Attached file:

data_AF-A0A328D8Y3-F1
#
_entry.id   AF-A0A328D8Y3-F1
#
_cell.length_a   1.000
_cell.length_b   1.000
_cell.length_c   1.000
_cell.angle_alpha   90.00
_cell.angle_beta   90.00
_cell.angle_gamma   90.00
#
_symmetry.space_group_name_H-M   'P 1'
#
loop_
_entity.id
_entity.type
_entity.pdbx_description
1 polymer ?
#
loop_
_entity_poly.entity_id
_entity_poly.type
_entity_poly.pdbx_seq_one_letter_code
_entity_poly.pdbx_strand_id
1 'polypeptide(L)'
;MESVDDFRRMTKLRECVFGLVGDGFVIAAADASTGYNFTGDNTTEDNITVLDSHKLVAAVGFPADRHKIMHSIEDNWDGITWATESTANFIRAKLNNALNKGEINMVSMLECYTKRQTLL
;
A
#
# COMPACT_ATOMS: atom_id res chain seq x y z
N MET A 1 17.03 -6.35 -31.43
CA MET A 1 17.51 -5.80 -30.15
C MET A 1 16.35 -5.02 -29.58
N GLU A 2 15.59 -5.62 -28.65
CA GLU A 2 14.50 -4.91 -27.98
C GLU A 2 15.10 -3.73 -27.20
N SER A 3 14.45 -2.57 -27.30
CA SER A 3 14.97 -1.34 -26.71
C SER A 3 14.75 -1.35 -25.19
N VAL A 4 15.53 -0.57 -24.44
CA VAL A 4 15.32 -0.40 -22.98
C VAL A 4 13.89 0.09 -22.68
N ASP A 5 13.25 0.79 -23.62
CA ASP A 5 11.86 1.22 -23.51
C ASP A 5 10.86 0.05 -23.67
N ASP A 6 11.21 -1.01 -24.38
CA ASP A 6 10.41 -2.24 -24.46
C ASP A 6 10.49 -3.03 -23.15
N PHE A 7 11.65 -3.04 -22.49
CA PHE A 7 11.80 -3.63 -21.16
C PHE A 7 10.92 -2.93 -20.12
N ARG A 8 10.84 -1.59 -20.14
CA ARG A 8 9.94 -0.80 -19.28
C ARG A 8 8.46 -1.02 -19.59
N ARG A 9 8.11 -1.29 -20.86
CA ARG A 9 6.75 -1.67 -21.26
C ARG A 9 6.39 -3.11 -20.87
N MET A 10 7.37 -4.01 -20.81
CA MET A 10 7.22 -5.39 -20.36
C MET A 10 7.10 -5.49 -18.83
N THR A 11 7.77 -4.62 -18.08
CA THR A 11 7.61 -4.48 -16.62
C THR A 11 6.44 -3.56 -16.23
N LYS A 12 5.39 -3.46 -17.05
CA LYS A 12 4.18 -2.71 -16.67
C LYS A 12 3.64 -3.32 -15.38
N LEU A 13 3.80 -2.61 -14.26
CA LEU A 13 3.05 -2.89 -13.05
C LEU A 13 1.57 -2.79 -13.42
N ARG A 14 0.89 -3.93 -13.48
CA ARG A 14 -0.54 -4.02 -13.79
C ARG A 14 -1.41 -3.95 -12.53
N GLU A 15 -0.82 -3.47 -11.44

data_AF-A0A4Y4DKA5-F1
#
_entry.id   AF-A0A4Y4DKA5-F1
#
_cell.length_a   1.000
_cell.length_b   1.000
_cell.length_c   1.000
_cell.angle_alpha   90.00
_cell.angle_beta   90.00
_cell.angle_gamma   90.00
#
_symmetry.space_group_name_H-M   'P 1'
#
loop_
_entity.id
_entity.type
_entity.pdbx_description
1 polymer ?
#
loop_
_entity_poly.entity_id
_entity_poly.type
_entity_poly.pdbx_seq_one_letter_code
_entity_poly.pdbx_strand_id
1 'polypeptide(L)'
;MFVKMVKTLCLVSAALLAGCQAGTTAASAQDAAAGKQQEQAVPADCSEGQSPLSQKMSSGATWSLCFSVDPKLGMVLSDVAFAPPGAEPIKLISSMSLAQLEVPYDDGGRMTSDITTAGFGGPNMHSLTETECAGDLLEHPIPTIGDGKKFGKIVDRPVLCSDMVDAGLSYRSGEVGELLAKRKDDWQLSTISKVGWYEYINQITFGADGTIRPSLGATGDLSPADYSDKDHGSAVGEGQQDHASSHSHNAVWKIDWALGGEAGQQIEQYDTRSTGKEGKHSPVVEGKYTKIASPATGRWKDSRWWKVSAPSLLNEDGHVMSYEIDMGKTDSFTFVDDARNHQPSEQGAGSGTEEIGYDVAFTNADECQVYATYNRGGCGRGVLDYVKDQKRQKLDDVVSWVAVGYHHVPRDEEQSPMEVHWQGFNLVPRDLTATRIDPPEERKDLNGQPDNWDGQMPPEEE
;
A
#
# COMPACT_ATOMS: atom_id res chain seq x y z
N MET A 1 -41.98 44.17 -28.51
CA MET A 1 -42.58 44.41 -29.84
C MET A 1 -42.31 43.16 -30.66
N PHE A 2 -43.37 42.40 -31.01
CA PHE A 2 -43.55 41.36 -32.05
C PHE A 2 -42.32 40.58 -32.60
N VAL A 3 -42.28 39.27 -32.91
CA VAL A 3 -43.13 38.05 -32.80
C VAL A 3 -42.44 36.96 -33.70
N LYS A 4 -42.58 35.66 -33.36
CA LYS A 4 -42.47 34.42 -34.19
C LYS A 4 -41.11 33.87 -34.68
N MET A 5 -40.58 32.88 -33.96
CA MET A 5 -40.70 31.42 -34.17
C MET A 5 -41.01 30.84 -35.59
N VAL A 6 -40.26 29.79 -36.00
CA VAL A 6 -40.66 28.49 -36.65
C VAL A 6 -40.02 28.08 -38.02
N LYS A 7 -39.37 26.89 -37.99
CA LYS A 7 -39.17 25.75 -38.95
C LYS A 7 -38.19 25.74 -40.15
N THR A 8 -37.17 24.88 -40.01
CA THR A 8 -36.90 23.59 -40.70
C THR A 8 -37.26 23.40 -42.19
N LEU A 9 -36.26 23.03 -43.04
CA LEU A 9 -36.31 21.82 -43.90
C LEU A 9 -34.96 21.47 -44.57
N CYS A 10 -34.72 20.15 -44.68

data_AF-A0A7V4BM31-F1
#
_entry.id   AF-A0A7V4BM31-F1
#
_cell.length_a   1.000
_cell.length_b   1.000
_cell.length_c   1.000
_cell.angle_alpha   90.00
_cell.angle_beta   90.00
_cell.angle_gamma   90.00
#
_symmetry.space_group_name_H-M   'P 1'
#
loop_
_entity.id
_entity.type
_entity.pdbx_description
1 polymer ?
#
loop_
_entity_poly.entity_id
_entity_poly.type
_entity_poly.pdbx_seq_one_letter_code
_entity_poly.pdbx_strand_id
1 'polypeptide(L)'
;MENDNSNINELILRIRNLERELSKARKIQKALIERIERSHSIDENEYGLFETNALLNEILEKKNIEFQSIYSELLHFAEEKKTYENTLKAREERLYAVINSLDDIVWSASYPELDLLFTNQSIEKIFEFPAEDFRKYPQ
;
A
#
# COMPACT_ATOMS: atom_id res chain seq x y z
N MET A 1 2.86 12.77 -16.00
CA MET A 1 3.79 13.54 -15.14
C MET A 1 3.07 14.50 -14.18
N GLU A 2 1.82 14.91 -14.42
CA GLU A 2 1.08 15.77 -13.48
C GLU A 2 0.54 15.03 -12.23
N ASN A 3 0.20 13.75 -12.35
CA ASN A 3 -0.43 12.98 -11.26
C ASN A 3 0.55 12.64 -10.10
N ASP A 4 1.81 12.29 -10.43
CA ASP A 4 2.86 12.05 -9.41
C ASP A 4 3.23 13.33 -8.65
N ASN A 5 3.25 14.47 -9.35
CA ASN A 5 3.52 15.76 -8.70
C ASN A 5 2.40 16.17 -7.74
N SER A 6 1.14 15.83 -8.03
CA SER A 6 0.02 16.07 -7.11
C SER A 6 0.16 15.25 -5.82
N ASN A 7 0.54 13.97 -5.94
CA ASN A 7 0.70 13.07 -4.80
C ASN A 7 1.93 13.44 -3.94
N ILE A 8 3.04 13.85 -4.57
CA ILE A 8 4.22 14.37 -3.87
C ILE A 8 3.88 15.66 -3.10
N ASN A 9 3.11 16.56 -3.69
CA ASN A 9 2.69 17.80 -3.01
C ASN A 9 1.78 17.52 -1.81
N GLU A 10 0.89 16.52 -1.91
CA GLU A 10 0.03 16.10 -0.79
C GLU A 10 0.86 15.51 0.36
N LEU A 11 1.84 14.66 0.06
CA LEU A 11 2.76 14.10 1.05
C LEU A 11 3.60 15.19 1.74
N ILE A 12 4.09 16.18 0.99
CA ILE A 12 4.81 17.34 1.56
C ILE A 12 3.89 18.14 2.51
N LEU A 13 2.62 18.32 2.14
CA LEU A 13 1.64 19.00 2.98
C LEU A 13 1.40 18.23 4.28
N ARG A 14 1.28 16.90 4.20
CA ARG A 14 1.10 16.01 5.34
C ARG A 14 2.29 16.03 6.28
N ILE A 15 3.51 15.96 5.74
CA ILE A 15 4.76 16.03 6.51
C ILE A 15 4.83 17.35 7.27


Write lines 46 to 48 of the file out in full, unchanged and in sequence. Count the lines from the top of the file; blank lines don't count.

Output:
N ASP A 6 11.21 -1.01 -24.38
CA ASP A 6 10.41 -2.24 -24.46
C ASP A 6 10.49 -3.03 -23.15